Many of the foods that we eat are bright and colorful because of artificial dyes and, for the time being, it's likely to stay that way.
A Food and Drug Administration advisory panel recently recommended that the agency further study the link between food coloring and childhood hyperactivity but said products that contain the dyes do not need package warnings.
The decision came after a series of meetings held in response to a 2008 petition filed by the advocacy group Center for Science in the Public Interest to ban Yellow 5, Red 40 and six other dyes.
ERIN O'NEILL The Marietta Times
Children at Pioneer Preschool snack on crackers and sip grape drink from cups donated by Wendy's while playing a game with Phyllis Miner Thursday.
Michael Jacobson, the director of that group, said after the vote that he is disappointed that members of the panel were looking for perfect scientific evidence that the link exists. But he said he is pleased that the FDA is acknowledging that food coloring may affect hyperactivity in some children.
"It's a big change from a year ago," he said. "At least this hearing gave recognition to the fact there's a real issue here and I hope a lot of parents will buy foods without dyes."
Kevin Tidd, longtime employee and manager of Mother Earth Foods in Parkersburg said he is disappointed with the decision but not surprised.
What Is a color additive?
Color additives are used in foods for many reasons:
- To offset color loss due to exposure to light, air, temperature extremes, moisture and storage conditions
- To correct natural variations in color
- To enhance colors that occur naturally
- To provide color to colorless and "fun" foods. Without color additives, colas wouldn't be brown, margarine wouldn't be yellow and mint ice cream wouldn't be green. Color additives are now recognized as an important part of practically all processed foods we eat.
By the numbers
There are nine certified color additives approved for use in the
United States: FD&C Blue Nos. 1 and 2, FD&C Green No. 3, FD&C Red Nos. 3 and 40, FD&C Yellow Nos. 5 and 6, Orange B and Citrus Red No. 2.
Food can be colored without artificial coloring by using fruits, vegetables, seeds, flowers and a number of other things including:
- Annatto seed
- Chlorella algae
- Black tea
Source: Times research
"I feel like (the FDA) don't police the industry like they should," he said. "There is so much data out there showing the links (between food dyes and hyperactivity) ... but it comes down to the lobbyists."
Tidd, a father of four children, one of whom suffers from food allergies, said that consumers should be proactive and become educated about what they are putting in their bodies if the FDA isn't going to require warnings.
"I would think most reputable food companies would voluntarily add warning labels because they care about their customers," he said. "But consumers should research the ingredients. It's a toxic world already, why add extra stuff from foods?"
A frightening episode a few years ago with her oldest child prompted Christine Marasco of Marietta to take a long, hard look at the foods in her kitchen.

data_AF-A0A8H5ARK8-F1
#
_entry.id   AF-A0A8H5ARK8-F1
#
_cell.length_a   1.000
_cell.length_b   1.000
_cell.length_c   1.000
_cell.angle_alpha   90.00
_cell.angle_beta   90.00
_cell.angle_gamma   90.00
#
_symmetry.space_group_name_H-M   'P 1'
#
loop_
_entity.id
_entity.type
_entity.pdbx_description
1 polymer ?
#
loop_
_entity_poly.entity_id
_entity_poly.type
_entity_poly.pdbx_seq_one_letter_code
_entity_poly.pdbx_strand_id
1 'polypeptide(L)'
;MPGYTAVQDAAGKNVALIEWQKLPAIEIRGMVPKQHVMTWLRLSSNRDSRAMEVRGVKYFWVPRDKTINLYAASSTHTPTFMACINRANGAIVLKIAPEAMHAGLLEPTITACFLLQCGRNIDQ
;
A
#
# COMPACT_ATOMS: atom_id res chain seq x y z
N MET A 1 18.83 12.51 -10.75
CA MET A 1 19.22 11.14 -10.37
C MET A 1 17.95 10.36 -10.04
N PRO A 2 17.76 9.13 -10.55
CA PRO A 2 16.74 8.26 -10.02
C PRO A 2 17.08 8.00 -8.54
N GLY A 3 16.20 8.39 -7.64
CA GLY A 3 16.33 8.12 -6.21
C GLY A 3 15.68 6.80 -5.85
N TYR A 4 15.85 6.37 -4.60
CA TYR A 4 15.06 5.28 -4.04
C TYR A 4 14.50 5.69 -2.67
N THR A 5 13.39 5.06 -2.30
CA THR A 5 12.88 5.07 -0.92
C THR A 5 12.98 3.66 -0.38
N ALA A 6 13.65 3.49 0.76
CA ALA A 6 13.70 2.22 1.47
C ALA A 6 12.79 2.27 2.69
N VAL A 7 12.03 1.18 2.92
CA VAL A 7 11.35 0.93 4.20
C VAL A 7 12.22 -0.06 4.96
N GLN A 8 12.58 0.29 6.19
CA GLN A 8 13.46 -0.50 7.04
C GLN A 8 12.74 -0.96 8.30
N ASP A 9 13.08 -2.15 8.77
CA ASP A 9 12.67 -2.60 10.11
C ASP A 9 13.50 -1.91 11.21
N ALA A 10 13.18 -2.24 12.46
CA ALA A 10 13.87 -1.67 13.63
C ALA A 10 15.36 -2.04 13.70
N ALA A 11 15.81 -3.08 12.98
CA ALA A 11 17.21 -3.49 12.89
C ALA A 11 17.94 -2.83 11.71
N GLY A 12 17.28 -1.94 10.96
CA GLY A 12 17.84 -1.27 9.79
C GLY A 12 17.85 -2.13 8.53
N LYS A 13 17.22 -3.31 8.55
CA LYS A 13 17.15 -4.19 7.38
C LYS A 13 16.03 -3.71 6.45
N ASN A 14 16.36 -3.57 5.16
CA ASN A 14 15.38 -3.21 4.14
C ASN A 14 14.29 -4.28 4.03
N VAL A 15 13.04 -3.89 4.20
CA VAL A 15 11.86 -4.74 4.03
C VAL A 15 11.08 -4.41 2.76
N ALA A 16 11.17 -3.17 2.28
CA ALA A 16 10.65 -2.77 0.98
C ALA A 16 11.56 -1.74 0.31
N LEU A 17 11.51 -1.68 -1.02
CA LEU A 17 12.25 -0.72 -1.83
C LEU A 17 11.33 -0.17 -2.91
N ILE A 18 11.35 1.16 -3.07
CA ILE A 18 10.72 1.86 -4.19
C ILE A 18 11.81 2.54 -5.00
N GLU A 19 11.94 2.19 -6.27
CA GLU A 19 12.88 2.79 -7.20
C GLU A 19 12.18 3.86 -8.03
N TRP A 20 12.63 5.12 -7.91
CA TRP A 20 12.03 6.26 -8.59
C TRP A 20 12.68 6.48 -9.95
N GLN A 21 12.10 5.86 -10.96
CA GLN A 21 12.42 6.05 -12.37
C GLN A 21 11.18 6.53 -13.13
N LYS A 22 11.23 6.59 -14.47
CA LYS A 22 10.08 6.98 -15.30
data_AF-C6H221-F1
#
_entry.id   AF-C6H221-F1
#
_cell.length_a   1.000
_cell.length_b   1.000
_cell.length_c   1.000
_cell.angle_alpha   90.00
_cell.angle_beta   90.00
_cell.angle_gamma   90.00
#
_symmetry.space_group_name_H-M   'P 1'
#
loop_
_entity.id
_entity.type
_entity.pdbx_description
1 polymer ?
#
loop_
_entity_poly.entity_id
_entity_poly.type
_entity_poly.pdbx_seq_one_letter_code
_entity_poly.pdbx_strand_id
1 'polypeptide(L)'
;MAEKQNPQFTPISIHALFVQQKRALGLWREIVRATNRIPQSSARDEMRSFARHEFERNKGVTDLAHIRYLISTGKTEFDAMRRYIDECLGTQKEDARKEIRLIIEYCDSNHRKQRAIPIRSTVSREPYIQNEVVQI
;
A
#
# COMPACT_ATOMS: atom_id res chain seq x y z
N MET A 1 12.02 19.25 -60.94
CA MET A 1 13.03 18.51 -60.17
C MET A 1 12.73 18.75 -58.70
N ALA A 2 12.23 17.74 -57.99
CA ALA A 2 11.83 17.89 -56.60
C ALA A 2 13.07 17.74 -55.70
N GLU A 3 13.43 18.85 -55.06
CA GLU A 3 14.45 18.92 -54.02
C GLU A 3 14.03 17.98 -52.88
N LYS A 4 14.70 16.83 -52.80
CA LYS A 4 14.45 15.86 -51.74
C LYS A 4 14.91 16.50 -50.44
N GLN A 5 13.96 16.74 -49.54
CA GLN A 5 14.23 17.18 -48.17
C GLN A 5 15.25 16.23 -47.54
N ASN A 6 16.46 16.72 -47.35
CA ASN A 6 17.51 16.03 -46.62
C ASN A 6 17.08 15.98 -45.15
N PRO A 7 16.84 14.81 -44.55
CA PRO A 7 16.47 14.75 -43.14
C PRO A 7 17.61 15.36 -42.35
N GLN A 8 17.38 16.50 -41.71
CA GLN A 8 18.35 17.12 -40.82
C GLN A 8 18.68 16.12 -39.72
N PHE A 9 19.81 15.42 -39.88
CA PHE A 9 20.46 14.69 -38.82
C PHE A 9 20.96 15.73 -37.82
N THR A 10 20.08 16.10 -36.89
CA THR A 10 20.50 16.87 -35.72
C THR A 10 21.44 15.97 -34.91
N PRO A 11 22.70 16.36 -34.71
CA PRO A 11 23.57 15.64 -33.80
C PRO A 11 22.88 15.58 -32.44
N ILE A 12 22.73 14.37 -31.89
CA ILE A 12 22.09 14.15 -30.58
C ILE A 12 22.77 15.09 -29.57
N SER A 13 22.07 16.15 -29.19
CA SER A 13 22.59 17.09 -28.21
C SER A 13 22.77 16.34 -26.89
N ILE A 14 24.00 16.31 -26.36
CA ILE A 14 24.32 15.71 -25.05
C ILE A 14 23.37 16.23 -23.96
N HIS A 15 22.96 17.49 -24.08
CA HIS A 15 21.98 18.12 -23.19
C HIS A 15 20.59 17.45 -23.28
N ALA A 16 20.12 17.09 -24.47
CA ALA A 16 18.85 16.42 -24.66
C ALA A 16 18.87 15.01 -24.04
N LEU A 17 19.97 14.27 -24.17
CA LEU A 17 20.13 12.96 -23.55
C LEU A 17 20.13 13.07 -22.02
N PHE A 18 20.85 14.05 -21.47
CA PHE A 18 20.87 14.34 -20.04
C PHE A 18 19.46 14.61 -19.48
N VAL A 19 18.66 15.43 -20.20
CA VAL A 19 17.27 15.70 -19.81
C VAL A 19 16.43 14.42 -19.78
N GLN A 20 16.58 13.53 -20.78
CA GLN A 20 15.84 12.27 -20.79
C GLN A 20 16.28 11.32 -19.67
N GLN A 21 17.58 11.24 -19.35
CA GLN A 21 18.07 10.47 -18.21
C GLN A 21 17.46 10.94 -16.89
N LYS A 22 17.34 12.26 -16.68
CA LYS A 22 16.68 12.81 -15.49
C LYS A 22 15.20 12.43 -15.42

"This was not my child- he was violent and lashing out. It was so uncharacteristic of him," she said.
Her son, who was four or five at the time, had attended art camp earlier that day and the children were allowed to eat some of the red and blue icing that they had been experimenting with.
"When I found that out, I knew that it was the food coloring (that caused the behavior)," said Marasco, who had a family member who had reactions to Red 40.
Marasco discovered that Red 40 was in many of the foods she had around the house, including mac and cheese, ice tea mix, yogurt and fruit snacks.
"We are conscious and aware. But we're also human. We will eat a Big Mac sometimes," she said, adding that since trying to eliminate artificial dyes from her childrens' diets, her son hasn't had another episode.
Tidd suggested that if a parent suspects a food dye might be causing hyperactivity or behavior problems in children, the parents might want to have an allergy test performed and cut out the food that is suspected of causing the issue. He also suggests using dyes or colorings found naturally in some foods, seeds or other items.
"It's basic psychology that colorful foods attract us to want to eat them but you can use things like beets, berries or annatto (a seed from the achiote tree), and many of these have other beneficial properties," Tidd said.
Some companies have reduced the use of dyes in food sold in Europe due to public concerns about hyperactivity there while keeping them in U.S. foods. Jacobson said he hopes increased awareness will force some of those companies to use less dye in the United States.
Parents who testified at the hearing said they are convinced there is a link between food coloring and their childrens' behavior. The mother of a 7-year-old boy who has struggled with hyperactivity showed off his improved report card and said eliminating food dyes from his diet was "life changing." She and other mothers urged the panel to recommend warning labels.
"That warning would do enough so at least somebody may say 'Gosh, that's the problem,'" said Renee Shutters, who came to the meeting from Jamestown, N. Y. She said ridding her son Trenton's diet of food colors helped make him a model student.
Representatives of food coloring makers and the food industry urged the agency to hold off, telling the panel Thursday that they don't believe the science is conclusive.
Most members of the panel agreed that the science isn't conclusive and said that more studies need to be done. All but one voted to recommend that the FDA further study the issue.